Big Chickie Crowdfunding

A few weeks ago, we reported on Big Chickie, the new Pollo a la Brasa place opening up in Hillman City. Prior to even completing the framing of the remodel, Big Chickie has already received some buzz on the web, earning itself a write up on Seattle Met’s Nosh Pit and a mention on Eater Seattle’s webpage. As Alicia Vermillion writes:logo

At the corner of Rainier and Findley in Hillman City, a corner lot that long held a gas station is currently being transformed into Big Chickie, a quick-service restaurant dedicated to Peru’s signature charcoal-roasted chicken known as pollo a la brasa.

Owner Matt Stubbs grew up in DC, and says that pollo a la brasa was his mom’s “Tuesday night at 8pm, feed-the-kids solution.” He and his wife Sara are planning a rotating cast of sides that include the classics (fries and coleslaw are the traditional sidekicks for this chicken) and rice and beans, plus some healthy-ish dishes like kale slaw or lime-glazed roasted sweet potatoes. Seasonal options like corn salad might rotate through the menu, too.

The pollo itself will be marinated 24 hours before a sojourn on charcoal-fueled rotisseries, imported from Peru. Customers can order a whole, half, or quarter chicken for some family-style takeaway…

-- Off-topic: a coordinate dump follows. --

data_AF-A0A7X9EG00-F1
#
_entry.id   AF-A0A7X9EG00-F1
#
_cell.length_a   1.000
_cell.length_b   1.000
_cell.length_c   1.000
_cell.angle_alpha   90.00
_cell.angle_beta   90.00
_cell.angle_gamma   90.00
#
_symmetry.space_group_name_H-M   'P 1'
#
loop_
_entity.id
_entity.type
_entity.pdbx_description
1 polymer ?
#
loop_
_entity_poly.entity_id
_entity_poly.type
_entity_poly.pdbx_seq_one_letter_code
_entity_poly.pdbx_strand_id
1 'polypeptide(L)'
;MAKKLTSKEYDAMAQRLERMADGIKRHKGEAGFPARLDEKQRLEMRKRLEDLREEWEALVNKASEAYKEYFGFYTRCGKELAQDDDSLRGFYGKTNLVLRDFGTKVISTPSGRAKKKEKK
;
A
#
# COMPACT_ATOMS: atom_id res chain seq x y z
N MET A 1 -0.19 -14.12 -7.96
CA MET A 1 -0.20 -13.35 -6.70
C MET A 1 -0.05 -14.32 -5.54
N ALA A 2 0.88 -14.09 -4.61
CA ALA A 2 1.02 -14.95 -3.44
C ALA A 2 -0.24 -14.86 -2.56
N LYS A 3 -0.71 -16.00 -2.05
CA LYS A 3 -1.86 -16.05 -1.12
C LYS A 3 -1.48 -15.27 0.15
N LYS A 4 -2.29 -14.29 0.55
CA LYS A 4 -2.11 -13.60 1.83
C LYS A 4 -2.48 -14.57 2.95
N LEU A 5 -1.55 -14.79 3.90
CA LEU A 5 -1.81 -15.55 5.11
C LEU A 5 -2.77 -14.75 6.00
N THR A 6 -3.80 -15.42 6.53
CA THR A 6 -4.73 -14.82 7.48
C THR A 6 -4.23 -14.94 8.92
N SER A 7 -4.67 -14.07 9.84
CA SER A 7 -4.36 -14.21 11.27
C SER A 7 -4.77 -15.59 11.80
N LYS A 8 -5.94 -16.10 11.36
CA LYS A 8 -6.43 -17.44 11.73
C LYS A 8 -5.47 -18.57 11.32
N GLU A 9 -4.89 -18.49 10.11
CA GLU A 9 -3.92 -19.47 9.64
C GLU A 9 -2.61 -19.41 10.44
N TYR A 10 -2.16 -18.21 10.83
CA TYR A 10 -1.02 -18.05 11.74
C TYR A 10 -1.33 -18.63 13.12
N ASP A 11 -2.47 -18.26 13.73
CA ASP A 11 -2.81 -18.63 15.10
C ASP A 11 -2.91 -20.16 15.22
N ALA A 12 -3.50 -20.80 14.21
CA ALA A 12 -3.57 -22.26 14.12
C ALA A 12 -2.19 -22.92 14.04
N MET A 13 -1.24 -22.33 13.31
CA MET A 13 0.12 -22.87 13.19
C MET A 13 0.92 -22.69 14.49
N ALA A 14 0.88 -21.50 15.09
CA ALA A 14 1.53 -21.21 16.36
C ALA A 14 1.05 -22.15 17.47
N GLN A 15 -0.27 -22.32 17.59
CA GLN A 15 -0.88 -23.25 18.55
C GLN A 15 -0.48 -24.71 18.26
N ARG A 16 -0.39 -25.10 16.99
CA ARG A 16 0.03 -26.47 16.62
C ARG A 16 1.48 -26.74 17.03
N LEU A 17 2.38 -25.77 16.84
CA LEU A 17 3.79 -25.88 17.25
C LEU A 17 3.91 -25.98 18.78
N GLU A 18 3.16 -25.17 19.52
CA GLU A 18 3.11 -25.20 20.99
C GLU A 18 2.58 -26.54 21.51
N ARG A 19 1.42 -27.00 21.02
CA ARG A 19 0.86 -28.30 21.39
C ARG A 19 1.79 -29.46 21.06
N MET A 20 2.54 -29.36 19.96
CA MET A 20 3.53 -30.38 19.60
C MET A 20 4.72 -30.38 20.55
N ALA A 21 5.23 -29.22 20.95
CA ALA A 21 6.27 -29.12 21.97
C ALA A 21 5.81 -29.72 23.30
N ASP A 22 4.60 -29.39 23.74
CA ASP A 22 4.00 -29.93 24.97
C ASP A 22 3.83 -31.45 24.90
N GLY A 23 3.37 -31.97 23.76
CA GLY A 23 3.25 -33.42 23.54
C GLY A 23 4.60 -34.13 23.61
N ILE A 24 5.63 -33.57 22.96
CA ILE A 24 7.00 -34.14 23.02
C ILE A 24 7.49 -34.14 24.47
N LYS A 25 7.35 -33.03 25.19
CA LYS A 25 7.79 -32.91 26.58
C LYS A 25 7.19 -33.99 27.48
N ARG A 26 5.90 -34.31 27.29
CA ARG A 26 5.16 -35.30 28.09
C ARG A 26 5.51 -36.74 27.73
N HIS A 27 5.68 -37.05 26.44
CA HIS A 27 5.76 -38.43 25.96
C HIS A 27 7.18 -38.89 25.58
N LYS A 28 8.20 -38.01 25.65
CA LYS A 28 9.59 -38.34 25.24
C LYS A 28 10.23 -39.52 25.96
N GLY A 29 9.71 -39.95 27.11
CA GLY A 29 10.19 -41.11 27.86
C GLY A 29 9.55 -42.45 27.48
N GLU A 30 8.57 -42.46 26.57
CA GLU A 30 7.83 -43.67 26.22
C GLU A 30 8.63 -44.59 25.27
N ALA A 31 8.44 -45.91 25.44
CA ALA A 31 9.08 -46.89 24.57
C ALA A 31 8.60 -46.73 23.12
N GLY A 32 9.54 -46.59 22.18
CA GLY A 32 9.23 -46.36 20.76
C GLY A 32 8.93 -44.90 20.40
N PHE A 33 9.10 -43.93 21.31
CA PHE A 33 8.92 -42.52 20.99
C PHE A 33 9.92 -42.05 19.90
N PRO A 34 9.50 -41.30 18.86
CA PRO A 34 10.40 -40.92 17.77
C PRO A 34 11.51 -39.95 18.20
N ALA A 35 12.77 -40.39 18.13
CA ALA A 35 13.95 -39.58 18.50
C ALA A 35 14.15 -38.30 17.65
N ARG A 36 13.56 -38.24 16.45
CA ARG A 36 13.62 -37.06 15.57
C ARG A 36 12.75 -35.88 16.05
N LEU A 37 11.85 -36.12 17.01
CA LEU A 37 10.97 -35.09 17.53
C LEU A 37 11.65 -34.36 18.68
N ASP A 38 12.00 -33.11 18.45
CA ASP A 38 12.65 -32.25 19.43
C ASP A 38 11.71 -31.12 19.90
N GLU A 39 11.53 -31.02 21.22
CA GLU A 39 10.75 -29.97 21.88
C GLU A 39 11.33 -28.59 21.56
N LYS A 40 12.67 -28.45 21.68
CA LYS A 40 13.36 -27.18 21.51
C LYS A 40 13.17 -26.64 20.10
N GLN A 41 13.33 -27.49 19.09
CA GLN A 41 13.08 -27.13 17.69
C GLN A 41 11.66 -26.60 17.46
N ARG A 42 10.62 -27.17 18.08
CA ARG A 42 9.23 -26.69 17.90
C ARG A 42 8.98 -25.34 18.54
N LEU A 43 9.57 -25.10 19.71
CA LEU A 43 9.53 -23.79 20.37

In the latest Big Chickie news, owners Matt and Sarah Stubbs have turned to a crowdfunding effort (click for details) to help offset some of the unexpected construction costs they’ve run into. Their video–which includes a great history of their property, their dedication to the neighborhood, and a glimpse into the design of the remodel–is worth watching. Have a look:

2 thoughts on “Big Chickie Crowdfunding

  1. Nessa Raki says:

    I will always patronize businesses owned by people of color before those of folks who encroach on the hood to exploit its underdeveloped real estate. The people of Hillman City might need more produce stands, but don’t need midcentury furniture stores and pet boutiques. If you love a neighborhood why do you feel the need to change it into Ballard?

  2. Hillman says:

    Nessa, I’d encourage you to rethink your attitude about these businesses.

    All of the new businesses you are referring to are going out of their way to become a part of the neighborhood–to contribute, to offer something that can help revitalize an entire part of town, to create a sense of community, place, belonging… that’s a lot different than swooping in simply for the sake of cheap property and gentrification.

    The gas station Big Chickie is going into has been an abandoned eyesore for years. Tin Umbrella has become a cornerstone for the whole neighborhood–neighbors of all ethnic background congregate there regularly.

    Also. Check your facts. The midcentury furniture store you slammed is owned by Jacob WIllard, a person of color who has already held a few “outdoor living room” events (with Tin Umbrella) to connect community members.

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